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Sep. 19, 2014

Keeping plant hormone levels in check

A protein called GAF1 helps modulate growth-regulating gibberellin hormones in plants

Image of Arabidopsis thaliana Figure 1: Gibberellin-insensitive-associated factor 1 (GAF1) promotes gibberellin responsiveness, as seen in a GAF1-overexpressing plant (left), a GAF1-deficient mutant (right) and a normal plant (center). Reproduced, with permission, from Ref. 1 © 2014 American Society of Plant Biologists

Gibberellins are a group of plant hormones that control everything from stem elongation to flowering time and fruit maturation. Protein regulators known as DELLAs repress the plant growth processes that depend on gibberellin hormones, but several studies have shown that other molecular mechanisms must be involved in helping to control gibberellin-dependent gene activity.

A team of researchers led by Jutarou Fukazawa from the RIKEN Center for Sustainable Resource Science has now identified a previously unknown protein called gibberellin insensitive (GAI)-associated factor 1 (GAF1) that interacts with DELLAs to regulate gibberellin signaling in the model plant Arabidopsis thaliana1.

Overall, gibberellins have a repressive effect on the genome, but exactly why has been unclear. That there is a strong interrelationship between gibberellins and DELLA proteins is widely recognized. Yet the mechanism of DELLA proteins, which normally prevent transcription factors from binding the DNA of target genes that are turned on by gibberellin, does not tell the full story.

Fukazawa’s team, which included researchers from the Tokyo University of Science and Hiroshima University, discovered GAF1 using a systematic screening strategy specifically designed to find proteins that interact with a DELLA called GAI. The researchers then bred various mutant strains of Arabidopsisto study GAF1 function. Plants deficient in GAF1 and a closely related protein called INDETERMINATE DOMAIN 1 flowered later than wild-type plants and were of shorter stature. In contrast, plants with elevated levels of GAF1 were taller than normal, with extended stems on the germinating seedlings (Fig. 1).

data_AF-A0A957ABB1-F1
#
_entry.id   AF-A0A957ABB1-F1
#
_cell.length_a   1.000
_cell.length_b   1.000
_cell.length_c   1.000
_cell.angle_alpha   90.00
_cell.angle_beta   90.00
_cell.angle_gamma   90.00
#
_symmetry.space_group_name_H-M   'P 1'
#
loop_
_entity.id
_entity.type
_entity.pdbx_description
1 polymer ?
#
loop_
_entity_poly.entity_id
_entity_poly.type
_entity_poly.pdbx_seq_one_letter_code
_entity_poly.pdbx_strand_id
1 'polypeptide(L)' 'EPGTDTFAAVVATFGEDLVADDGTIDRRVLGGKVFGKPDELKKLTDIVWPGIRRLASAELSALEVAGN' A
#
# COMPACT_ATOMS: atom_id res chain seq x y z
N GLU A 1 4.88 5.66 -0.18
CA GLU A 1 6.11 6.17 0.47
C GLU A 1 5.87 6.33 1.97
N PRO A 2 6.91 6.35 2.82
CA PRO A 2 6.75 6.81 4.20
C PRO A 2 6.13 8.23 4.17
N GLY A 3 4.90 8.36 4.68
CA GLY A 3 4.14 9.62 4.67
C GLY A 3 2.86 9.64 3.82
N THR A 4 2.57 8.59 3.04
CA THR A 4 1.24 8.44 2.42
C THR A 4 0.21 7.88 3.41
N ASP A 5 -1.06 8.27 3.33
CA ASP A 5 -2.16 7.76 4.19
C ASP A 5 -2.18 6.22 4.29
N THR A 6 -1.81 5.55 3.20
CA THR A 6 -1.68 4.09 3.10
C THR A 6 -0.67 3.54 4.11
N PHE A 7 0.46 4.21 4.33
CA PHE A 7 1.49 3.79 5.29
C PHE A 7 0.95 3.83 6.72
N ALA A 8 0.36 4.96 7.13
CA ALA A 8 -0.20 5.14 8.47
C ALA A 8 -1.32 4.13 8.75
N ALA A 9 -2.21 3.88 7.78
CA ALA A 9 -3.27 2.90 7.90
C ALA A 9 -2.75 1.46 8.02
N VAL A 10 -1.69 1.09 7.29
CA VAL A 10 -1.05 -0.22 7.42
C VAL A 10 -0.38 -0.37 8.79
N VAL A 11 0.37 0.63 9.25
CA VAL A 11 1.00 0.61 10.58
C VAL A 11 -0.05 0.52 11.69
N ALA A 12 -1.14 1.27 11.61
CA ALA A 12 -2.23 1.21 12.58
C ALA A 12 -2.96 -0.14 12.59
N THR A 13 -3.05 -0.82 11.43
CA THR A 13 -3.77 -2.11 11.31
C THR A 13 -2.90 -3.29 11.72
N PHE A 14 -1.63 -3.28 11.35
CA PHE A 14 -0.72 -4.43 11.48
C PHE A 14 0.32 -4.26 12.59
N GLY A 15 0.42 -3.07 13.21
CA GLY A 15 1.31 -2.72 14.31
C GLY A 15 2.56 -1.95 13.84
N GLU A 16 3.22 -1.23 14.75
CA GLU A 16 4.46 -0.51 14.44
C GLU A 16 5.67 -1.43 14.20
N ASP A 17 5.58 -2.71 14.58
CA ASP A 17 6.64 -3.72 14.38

These phenotypic observations linked GAF1 to gibberellin responsiveness. Further experiments showed that GAF1 not only bound GAI but also various proteins known as TOPLESS-RELATED (TPR) proteins, which generally dampen gene activity. The picture that emerged is one in which DELLAs and TPRs interact with GAF1, acting as coactivators and corepressors of gibberellin-regulated genes, respectively. This helps explain why the effect of gibberellin on genome-wide gene expression is predominantly through repression, whereas that of DELLAs is through activation. It also pinpoints GAF1 as a central mediator of gene activity with a dual function, depending on its binding partner.

According to Fukazawa, these findings could have important implications for plant breeding and the agriculture industry. “The GAF1 complex is involved in gibberellin homeostasis and growth regulation,” Fukazawa explains. “We generated two kinds of mutated GAF1 proteins, which acted either as constitutive activators or constitutive repressors. This means we can control the function of the GAF1 complex, which could lead to control of flowering time and plant growth using these mutated GAF1 proteins.”


  • 1. Fukazawa, J., Teramura, H., Murakoshi, S., Nasuno, K., Nishida, N., Ito, T., Yoshida, M., Kamiya, Y., Yamaguchi, S. & Takahashi, Y. DELLAs function as coactivators of GAI-ASSOCIATED FACTOR1 in regulation of gibberellin homeostasis and signaling in Arabidopsis. The Plant Cell 26, 2920–2938 (2014). doi: 10.1105/tpc.114.125690